My neighbour in the UK ran into financial difficulties a couple of years ago and contacted the CAB who were very helpful. They ran through various options with him and he ended up renting the place out. His work situation has since improved so when his tenants decided to leave he moved back into his property. There are also mortgage assistance schemes available which are aimed at helping people hold onto their properties – I am not aware of any such schemes in Spain.

    As for being chased for the money after repossession, I know that many in the UK take the bankruptcy option which means they effectively wipe the slate clean. This does have a serious downside in terms of credit rating etc. but it does mean they are not chased for the money. Is this not an option in Spain?

  6. @SC,

    You said:-
    “but they were mainly Brits who fell into the oft-used ‘brains left at the airport’

    But the report indicates that:-
    “Shocking stats reveal 184 Spaniards a day lost their homes in 2013”. That’s 402.960 thousand repossession over a 6 day period during 2013. No mention of Brits.

    Just an observation.

  7. caccia, you are right about the article mentioning Spaniards but stats can be deceptive. I know someone in the UK who remortgaged their house to purchase an off plan holiday home in Almeria but the developer went bust before the building was completed and they lost €90,000. They are now paying this on their monthly mortgage but of course this is not visible in any Spanish stats and if they were unlucky enough to get their UK property repossessed because they could not afford the repayments there would be no actual evidence of it.

    Many Brits purchased property in Spain by raising capital on their UK homes and it would be interesting to know how many people have suffered a similar fate or have found themselves sitting on a worthless, unsaleable and very often “illegal” property. One thing is for sure, it is a complete mess and the fallout of the Spanish property crash seems endless.

  8. @Jane,

    Your correct, Stats are deceptive as they have mentioned eviction only and not how many were repossessed by default mortgage. I did try and search that problem but could not find any links prior to my posting so as to give an example of repossessions and evictions in the U.K. I am quite aware of people taking second mortgages and are now paying the price but the article was referring to the amount of Spaniards losing their homes.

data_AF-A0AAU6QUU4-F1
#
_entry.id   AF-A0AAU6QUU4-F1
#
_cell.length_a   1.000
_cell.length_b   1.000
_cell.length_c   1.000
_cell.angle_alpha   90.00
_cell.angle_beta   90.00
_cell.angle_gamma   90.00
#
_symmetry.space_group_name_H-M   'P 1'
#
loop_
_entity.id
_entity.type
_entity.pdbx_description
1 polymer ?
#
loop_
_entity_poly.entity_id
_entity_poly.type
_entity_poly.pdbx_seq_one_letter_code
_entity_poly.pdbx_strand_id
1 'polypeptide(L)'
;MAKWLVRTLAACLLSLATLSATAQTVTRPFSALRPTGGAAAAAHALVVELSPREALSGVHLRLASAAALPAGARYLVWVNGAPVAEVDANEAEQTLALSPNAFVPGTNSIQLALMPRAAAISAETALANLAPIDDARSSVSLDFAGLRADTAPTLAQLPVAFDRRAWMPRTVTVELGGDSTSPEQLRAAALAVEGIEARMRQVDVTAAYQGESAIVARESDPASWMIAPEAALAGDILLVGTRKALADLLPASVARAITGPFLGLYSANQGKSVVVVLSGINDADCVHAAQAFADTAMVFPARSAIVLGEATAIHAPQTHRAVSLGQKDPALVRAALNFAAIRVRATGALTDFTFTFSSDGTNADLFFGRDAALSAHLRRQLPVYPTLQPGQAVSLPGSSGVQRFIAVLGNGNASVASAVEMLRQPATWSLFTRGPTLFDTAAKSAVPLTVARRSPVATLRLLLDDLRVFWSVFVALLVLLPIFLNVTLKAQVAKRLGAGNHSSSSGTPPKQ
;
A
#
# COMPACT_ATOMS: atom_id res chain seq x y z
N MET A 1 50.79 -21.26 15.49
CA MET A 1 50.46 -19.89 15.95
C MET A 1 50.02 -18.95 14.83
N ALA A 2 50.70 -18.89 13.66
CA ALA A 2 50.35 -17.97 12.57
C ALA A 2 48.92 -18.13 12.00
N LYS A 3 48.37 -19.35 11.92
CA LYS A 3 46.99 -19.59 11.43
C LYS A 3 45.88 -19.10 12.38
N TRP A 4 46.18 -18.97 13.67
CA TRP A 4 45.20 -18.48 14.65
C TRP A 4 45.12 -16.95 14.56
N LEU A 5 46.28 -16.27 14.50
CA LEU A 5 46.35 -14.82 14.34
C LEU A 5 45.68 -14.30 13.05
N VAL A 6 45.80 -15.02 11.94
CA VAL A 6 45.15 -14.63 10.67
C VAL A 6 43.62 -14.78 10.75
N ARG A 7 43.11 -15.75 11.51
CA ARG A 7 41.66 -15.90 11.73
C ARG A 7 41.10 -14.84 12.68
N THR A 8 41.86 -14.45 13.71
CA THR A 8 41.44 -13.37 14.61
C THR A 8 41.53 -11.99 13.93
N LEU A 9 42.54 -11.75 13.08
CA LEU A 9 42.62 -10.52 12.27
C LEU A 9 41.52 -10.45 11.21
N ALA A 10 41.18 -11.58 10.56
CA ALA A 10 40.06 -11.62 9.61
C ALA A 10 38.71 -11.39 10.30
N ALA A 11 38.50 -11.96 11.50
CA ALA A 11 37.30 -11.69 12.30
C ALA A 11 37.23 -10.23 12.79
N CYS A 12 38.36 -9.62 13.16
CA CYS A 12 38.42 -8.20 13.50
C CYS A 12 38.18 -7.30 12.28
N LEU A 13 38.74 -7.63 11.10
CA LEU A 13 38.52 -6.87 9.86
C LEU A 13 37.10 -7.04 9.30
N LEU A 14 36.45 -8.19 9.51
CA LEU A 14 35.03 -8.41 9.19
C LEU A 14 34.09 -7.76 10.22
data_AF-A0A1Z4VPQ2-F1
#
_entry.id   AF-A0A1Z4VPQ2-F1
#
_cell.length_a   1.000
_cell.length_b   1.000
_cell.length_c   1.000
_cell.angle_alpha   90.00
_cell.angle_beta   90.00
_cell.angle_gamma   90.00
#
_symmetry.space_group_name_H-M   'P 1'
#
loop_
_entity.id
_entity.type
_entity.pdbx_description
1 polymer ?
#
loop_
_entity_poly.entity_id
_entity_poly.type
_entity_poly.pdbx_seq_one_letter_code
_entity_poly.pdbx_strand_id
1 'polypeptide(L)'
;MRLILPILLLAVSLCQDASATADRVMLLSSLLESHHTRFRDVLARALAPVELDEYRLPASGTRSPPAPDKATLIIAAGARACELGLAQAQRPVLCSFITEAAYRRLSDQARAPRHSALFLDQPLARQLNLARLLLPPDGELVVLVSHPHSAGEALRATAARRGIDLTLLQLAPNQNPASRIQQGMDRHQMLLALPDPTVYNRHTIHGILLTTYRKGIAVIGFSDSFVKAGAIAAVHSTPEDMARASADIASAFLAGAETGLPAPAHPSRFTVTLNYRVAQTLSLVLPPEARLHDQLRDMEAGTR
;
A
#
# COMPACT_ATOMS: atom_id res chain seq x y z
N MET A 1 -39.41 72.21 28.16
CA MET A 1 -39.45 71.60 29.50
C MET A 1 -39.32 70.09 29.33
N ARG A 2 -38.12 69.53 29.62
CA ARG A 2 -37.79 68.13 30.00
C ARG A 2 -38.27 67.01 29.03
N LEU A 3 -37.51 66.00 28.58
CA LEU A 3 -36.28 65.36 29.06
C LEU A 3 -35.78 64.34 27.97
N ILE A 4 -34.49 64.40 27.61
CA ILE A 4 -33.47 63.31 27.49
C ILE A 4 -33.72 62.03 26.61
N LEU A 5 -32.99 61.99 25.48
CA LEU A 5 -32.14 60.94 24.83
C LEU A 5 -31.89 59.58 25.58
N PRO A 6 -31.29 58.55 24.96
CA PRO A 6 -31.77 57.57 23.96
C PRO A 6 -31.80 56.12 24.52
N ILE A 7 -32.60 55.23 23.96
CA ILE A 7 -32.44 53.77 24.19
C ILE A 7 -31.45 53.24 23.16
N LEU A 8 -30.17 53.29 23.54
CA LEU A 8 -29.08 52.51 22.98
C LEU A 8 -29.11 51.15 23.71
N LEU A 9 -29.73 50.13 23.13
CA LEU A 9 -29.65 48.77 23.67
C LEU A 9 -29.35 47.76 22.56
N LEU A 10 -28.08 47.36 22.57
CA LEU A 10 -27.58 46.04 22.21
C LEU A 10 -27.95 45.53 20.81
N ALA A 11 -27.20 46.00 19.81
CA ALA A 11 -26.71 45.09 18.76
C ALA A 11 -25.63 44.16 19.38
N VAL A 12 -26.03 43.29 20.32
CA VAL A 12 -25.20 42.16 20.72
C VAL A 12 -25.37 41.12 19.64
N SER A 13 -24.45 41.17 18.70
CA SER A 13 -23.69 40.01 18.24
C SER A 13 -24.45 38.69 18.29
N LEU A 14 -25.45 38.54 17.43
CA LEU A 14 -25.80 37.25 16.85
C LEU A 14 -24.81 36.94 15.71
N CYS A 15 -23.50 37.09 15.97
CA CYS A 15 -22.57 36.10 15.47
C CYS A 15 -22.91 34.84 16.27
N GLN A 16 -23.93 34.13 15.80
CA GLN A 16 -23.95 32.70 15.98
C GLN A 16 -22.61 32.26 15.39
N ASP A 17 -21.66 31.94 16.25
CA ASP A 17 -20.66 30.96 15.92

Even tried to find how many Brits in Spain were involved in repossessions, still no joy, although I must admit didn’t spend hours searching. Perhaps someone else has this knowledge and could give an answer.

    Not quite sure how they calculated 67.189 when they stated 184 a day. The closest I could come to it was multiplying the 184×365 giving 67.160, give or take a few days for the odd weekends.

  9. @Jane,

    Did come across a site where Brits just handed the key back but it did not mention their obligations to still repay the outstanding mortgage’s. Under the treaties that have been signed between countries regarding assets in other countries whether the Spanish banks can freeze assets, shall we say, in the U.K and place a lean if they own properties or even force a sale. If no assets at all accept that was in Spain then no doubt they would be black listed and difficult to get credit or even a mortgage in that country or anywhere.

    Early day’s yet and would be interesting to see if the banks and lenders in the U.K would cooperate.

    Not being personally involved in these matter’s I don’t have a clue, but going on what you have said regarding a person you know that continues to repay a mortgage something tells me that the obligations are to be met as in law.

    Perhaps you could ask the person you know and enlighten us further.

  10. Everybody is calling banks and politicians crooks and thiefs, but it is from these same people that everybody asks for money and vote for…My father lurned me to buy something when i had the money…not before, or some one would own me…That doens t take away the fact that banks ans politicians are crooks….

  11. caccia, the person I mentioned who lost €90,000 on a holiday home in Almeria remortgaged their UK property to pay the developer money upfront. I think they got as far as two instalments before the developer went bust and was unable to complete the construction of the urbanisation. The case did go to court and all the claimants were awarded compensation but the developer declared himself bankrupt and they have yet to receive any money – they probably never will.

    This may not be a conventional repossession case but if he finds himself unable to keep up his mortgage repayments because of the extra €90,000, it will become an indirect repossession and will not show up on any Spanish stats – I wonder how many others have found themselves in the same situation. This scenario is yet another one to add to the Spanish property market chamber of horrors.

    I think you will find that there were plenty of Brits with Spanish mortgages who have been repossessed but most of them are long gone. Like you, I have tried looking it up but it’s difficult to get any official figures. Not sure about them being traced in the UK and forced to cough up but I would say it is extremely likely in these days of increasing cooperation between EU countries.

  12. Yes, world events and banks have helped this along the way but the Government of Spain are the people who have caused the most damage in my opinion. It is expensive to be self-employed in Spain and even more expensive to hire and fire people in Spain along with bad P.R. knocking houses down and the threat of such, add uncontrolled corruption in and a world recession then you have a recipe for a disaster. If they wanted to change their ways they have had the best time to do it, in a recession but no, carry on with your heads buried in the sand. The real culprits are the politicians and they show no sign of even thinking about changing, they are brain washed. The sports stars of Spain are world class but the politicians are amateurs. They do need some more intelligent people running that Country.